Management Theories


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Management Theories

  1. 1. Management Theories: Taylorism, Fordism and Bureaucracy Management School of MMCP
  2. 2. Taylorism: Scientific Management F.W. Taylor (1856 – 1917) <ul><li>Motivation and Basis for Scientific Management: </li></ul><ul><ul><li>Taylor believed workers put in minimal effort </li></ul></ul><ul><ul><li>Essential to develop a ‘science’ to replace ‘rule of thumb’ </li></ul></ul><ul><ul><li>The scientific selection, training and development of workers instead of allowing them to choose their own tasks and train themselves as best they could. </li></ul></ul><ul><ul><li>Instrumental view of human behaviour – worker as ‘units of production’ </li></ul></ul><ul><ul><li>‘ One best Way’ to maximise productivity </li></ul></ul><ul><ul><li>Workers motivated by money </li></ul></ul>
  3. 3. Principles of Scientific Management <ul><li>Clearly defined tasks </li></ul><ul><li>Clear explanation of authority </li></ul><ul><li>Division of work and responsibility </li></ul><ul><li>Financial incentives </li></ul><ul><li>Scientific selection of workers </li></ul><ul><li>Separation of planning from operations </li></ul><ul><li>Standardisation of procedures </li></ul>
  4. 4. Bethlehem Steel Corporation Studies <ul><li>Taylor appointed as management consultant to improve productivity levels </li></ul><ul><li>Applied principles of scientific management to production of pig iron </li></ul><ul><li>Result: increased productivity by 60% </li></ul>
  5. 5. Taylorism: Critique <ul><ul><li>the presence of a capitalist system and a money economy, as their main objective is improvement of efficiency and the maximization of profit </li></ul></ul><ul><ul><li>T oo much management control over workers </li></ul></ul><ul><ul><li>Rose: no ‘one best way’ </li></ul></ul><ul><ul><li>Putting the perceived requirements of their organization before their own personal objectives and goals </li></ul></ul><ul><ul><li>Worker interests and motivation? </li></ul></ul>
  6. 6. Fordism: Henry Ford (1863 – 1947) <ul><li>Ford established motor company in 1903 </li></ul><ul><li>Fordism: application of science management principles to workers jobs </li></ul><ul><ul><li>Analysis of jobs using time and motion techniques </li></ul></ul><ul><ul><li>Standardised parts </li></ul></ul><ul><ul><li>Task specialisation </li></ul></ul><ul><ul><li>Assembly line working </li></ul></ul><ul><li>Mass produced goods </li></ul><ul><li>High level of control </li></ul>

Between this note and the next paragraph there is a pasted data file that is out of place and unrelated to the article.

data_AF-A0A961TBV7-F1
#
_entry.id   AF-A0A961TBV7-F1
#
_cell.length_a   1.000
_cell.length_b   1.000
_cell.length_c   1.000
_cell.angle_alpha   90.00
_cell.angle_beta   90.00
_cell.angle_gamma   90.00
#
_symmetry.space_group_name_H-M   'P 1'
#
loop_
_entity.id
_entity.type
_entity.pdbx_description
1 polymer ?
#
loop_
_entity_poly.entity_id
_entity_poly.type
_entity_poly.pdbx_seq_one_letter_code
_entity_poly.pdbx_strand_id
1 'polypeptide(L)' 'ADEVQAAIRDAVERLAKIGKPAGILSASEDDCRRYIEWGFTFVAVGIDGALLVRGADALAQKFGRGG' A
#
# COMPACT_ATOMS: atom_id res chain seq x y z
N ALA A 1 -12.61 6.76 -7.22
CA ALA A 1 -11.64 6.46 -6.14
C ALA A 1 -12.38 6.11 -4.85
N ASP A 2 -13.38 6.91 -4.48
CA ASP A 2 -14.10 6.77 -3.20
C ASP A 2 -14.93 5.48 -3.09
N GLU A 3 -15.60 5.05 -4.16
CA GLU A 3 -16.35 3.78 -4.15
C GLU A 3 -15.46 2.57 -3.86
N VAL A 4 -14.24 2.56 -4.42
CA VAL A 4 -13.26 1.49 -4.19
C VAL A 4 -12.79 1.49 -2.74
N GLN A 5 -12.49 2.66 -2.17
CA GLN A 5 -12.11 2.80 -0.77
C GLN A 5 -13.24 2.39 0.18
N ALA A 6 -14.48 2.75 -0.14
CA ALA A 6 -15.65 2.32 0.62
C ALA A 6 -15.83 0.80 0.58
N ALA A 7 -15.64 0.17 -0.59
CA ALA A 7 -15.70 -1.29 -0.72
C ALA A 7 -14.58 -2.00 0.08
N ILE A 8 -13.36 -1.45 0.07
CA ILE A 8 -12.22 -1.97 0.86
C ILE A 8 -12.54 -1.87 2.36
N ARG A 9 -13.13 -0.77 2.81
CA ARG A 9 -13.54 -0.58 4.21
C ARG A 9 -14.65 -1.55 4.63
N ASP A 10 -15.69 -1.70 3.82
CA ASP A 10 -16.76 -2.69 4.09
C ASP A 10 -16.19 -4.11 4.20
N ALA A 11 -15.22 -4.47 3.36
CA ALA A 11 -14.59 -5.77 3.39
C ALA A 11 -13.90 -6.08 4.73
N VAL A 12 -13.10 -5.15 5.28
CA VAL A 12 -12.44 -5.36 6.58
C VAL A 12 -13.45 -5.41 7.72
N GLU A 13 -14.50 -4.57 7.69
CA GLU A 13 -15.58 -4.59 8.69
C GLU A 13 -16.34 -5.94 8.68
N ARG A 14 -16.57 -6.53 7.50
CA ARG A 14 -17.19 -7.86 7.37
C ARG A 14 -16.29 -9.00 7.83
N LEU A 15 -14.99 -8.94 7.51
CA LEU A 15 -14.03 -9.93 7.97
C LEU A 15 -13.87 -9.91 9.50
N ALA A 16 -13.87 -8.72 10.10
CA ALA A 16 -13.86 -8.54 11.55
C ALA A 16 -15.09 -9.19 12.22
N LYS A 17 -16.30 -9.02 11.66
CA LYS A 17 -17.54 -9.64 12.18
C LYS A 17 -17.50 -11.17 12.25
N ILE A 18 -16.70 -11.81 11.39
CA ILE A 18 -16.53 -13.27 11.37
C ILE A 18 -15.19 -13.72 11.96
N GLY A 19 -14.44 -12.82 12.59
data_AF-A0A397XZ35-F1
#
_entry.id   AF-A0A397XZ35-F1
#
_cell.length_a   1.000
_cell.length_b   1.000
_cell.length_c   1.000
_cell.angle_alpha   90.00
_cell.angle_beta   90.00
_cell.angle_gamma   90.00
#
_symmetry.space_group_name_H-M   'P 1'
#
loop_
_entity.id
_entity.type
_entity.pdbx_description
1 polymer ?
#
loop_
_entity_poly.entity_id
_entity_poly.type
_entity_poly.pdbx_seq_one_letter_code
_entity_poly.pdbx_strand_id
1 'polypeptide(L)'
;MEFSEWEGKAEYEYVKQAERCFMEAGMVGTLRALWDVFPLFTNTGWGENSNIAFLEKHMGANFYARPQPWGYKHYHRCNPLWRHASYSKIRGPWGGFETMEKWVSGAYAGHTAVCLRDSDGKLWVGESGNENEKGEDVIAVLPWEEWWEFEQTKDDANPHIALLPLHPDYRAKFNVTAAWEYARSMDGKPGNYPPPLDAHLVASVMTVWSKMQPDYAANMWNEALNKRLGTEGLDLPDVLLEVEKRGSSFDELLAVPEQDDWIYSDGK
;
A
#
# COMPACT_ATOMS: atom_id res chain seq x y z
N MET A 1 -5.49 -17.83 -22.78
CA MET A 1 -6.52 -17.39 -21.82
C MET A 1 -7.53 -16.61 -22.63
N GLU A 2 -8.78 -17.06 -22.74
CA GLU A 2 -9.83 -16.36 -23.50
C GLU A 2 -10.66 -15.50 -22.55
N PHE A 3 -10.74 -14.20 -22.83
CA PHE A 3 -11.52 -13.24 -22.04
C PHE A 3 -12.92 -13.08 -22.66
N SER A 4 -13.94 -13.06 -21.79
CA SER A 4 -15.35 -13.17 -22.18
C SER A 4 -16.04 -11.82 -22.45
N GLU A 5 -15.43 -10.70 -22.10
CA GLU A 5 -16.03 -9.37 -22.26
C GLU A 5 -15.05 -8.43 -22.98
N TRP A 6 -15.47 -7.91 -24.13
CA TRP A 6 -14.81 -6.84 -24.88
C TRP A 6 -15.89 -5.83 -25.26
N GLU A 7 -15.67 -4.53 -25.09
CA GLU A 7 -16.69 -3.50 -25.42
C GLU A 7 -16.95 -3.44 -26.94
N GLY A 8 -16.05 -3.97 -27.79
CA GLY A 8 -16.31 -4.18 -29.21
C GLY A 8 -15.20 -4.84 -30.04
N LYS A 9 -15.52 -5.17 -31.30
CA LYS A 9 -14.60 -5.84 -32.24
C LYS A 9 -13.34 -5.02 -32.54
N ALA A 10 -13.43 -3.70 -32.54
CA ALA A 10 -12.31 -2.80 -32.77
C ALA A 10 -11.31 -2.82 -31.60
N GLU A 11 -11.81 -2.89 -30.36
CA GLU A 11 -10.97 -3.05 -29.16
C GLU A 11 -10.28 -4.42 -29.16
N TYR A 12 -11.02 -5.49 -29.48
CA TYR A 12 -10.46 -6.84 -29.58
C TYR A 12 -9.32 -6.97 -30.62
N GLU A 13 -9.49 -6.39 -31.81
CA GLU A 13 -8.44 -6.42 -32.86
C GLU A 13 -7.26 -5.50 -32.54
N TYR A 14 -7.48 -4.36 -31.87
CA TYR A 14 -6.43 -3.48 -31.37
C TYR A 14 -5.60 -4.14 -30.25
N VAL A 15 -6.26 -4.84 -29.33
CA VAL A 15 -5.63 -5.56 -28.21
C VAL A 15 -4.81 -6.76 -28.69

7. 7. Bureaucracy (Weber) <ul><li>Bureaucracy regarded as a sub-division under the classical heading of management theories. It is a form of structure found in many large-scale organisations. </li></ul><ul><li>The growth of bureaucracy came about through the increasing size and complexity of organisations and the subsequent demand for effective administration of such organisations. </li></ul><ul><li>Weber was a German sociologist whose main interests were on power, authority and organisational structures. </li></ul>
  8. 8. Main Characteristics of Bureaucracy <ul><li>Hierarchy of authority </li></ul><ul><li>Task specialisation </li></ul><ul><li>Task allocation </li></ul><ul><li>Formal system of rules and regulations </li></ul><ul><li>Employment on the basis of technical competence </li></ul><ul><li>Administration based on expertise and discipline </li></ul>
  9. 9. Bureaucracy: Critique <ul><li>Bureaucracy is the most common structure due to the size and complexity of many modern day organisations. </li></ul><ul><ul><li>Increasing size leads to increased specialisation. This requires coordination and control </li></ul></ul><ul><ul><li>Increasing complexity requires specialised skills and rules and regulations </li></ul></ul><ul><li>But: </li></ul><ul><ul><li>‘ dysfunctions’ of bureaucracy: unintended consequences; lack of initiative and flexibility; restricts individual growth. </li></ul></ul>
  10. 10. Conclusion <ul><li>Classical Theories and approaches to studying management and organisational behaviour: </li></ul><ul><ul><li>Taylorism - principles of scientific management </li></ul></ul><ul><ul><li>Fordism – assembly line working and mass production </li></ul></ul><ul><ul><li>Bureaucracy (Weber) – control, structure and hierarchy of authority </li></ul></ul><ul><li>Classical theories viewed organisations as rational and mechanistic – organisations as ‘machines’ </li></ul><ul><li>Did not take into account the social aspects of work </li></ul>